Jun 15 2014

A long-needed update

So I’ve finally gotten around to posting again, in part because I feel like I finally have something to write about.

I saw an optometrist last week who specializes in neurologic conditions, as I have been having problems with reading, eye pain, and left eye blurriness. After examining me he found evidence of previous optic neuritis (ON) in my left eye. He did OCT (optical coherence tomography) right there and found that not only had I previously had ON in my left I, but I had had it in my right eye, and it was more damaged than the left. He also had me look at different colors while covering each eye, and I found that when looking at most colors, they look cooler with my right eye and warmer with my left. It was really bizarre to see this, as I hadn’t even noticed that colors had changed any.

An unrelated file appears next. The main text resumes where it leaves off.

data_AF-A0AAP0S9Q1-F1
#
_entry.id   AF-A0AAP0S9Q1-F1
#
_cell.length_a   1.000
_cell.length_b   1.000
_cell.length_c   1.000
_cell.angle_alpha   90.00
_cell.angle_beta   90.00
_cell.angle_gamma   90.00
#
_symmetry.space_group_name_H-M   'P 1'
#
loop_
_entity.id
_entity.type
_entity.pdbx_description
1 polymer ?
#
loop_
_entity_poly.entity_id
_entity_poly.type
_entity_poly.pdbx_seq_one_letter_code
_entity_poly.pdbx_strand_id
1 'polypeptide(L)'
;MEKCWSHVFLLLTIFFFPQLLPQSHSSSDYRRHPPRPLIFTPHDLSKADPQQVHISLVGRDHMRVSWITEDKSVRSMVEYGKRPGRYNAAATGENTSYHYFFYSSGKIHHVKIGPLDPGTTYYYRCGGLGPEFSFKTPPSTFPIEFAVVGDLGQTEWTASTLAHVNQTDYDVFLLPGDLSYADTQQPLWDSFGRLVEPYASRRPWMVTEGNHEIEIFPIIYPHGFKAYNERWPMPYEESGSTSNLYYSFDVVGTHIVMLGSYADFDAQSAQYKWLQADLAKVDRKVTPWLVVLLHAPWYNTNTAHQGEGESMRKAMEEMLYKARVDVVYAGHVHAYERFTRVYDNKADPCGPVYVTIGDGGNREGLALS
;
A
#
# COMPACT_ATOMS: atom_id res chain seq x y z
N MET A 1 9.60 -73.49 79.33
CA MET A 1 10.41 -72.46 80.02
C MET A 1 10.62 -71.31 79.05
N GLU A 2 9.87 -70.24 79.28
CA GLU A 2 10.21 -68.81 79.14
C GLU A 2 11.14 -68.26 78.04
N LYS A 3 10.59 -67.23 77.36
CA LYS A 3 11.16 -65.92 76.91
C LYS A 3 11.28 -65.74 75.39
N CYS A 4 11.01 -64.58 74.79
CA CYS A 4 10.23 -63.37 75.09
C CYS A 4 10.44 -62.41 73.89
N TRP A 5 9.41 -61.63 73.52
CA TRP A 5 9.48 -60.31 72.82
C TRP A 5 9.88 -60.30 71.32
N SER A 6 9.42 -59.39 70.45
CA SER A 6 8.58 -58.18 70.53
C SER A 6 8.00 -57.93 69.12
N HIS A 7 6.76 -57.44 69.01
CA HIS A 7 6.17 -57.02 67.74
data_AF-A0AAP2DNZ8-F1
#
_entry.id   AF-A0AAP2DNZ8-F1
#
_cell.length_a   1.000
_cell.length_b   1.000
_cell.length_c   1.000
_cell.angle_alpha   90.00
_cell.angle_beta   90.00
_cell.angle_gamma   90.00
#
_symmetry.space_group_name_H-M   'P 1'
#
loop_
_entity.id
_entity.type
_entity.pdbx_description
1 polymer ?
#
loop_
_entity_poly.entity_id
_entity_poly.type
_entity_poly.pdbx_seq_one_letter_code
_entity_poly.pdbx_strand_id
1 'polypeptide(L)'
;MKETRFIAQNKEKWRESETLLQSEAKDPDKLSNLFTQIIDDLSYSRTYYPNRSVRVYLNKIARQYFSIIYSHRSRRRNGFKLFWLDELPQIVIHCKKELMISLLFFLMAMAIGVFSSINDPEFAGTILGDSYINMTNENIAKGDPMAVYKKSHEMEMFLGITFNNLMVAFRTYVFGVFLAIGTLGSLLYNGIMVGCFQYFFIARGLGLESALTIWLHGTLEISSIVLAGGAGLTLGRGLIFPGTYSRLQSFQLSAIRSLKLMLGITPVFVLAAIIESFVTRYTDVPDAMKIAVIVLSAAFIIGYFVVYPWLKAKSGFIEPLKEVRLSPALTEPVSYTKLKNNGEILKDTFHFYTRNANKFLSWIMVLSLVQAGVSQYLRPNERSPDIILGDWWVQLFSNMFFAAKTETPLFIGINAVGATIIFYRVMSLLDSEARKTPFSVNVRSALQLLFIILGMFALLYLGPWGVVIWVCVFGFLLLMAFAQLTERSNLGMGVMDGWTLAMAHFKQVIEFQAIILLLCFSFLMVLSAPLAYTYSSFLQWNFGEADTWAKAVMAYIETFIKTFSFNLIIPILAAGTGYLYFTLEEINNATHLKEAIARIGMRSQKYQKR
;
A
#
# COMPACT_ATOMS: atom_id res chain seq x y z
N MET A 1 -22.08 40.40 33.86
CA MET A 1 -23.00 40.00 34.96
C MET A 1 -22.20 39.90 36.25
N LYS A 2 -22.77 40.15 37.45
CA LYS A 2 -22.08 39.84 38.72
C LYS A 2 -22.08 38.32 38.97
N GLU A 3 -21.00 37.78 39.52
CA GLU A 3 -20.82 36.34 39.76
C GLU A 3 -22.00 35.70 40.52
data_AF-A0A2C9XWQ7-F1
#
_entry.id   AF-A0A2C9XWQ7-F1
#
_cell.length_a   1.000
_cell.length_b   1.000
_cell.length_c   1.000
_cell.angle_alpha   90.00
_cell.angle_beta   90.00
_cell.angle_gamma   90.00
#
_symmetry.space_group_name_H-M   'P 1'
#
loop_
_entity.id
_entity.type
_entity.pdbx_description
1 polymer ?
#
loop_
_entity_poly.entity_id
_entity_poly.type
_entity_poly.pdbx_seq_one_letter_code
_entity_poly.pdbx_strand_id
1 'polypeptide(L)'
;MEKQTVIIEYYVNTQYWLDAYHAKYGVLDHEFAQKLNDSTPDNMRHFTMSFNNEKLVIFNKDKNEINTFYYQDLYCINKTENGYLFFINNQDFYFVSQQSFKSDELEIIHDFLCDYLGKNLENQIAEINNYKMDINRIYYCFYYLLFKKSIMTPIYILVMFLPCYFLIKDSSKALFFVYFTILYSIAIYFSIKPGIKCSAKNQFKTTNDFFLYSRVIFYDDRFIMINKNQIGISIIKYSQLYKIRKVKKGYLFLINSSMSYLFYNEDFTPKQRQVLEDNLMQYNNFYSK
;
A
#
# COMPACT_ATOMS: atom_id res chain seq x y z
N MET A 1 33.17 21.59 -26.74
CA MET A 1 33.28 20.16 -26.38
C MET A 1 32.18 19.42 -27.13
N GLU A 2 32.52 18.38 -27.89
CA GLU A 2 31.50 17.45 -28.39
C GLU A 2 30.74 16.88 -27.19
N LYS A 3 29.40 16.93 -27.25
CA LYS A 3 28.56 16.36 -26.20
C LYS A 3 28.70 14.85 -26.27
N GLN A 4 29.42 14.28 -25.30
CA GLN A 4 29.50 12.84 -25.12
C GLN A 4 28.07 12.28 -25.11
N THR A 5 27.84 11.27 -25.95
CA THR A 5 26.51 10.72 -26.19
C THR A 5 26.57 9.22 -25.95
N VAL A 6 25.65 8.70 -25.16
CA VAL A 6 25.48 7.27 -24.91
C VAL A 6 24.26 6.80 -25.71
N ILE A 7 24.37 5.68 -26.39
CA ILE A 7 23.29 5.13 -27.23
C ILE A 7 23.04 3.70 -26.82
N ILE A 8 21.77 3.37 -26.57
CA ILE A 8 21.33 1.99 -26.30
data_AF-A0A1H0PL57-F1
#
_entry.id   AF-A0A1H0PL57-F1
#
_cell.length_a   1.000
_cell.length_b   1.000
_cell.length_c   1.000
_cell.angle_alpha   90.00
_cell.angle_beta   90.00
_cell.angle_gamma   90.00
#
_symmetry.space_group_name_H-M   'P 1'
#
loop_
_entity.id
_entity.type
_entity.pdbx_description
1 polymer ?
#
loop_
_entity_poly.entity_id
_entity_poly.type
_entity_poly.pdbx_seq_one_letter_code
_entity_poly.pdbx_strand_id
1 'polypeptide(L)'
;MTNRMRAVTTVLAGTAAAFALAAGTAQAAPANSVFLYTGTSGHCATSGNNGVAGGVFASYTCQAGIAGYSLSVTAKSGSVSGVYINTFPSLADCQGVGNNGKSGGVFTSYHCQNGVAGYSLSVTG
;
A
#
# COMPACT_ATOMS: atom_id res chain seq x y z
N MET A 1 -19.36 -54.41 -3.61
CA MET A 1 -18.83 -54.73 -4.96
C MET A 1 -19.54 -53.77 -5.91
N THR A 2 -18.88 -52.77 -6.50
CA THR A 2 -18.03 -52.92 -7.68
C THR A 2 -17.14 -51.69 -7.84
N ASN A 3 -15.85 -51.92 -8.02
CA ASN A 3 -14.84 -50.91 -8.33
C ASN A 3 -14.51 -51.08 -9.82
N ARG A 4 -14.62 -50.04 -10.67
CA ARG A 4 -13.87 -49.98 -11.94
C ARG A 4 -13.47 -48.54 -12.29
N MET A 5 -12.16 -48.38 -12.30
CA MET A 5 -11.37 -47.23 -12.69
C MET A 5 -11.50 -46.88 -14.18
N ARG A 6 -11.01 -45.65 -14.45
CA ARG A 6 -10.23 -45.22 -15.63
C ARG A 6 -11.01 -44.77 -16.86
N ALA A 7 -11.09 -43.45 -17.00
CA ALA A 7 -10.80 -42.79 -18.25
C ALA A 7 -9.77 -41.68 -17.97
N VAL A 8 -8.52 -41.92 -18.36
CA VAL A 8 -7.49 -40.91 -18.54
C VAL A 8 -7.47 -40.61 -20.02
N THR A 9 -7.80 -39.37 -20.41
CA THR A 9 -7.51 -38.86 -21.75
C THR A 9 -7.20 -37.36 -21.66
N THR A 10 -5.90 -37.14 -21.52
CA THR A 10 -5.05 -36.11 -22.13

After the exam, he told me that he thought it was pretty likely that I have neuromyelitis optica (NMO), a rare disease that was very similar to MS but different. (You can read more about NMO here: Guthy-Jackson Foundation) In the last year, I have developed more symptoms in my legs that point to neurologic damage in the spinal cord, and my brain MRIs have been normal. My spinal MRIs have not yet shown evidence of transverse myelitis, but I have another one on Tuesday, and based on the problems I am having with my legs and back I think (hope?) they’ll see something.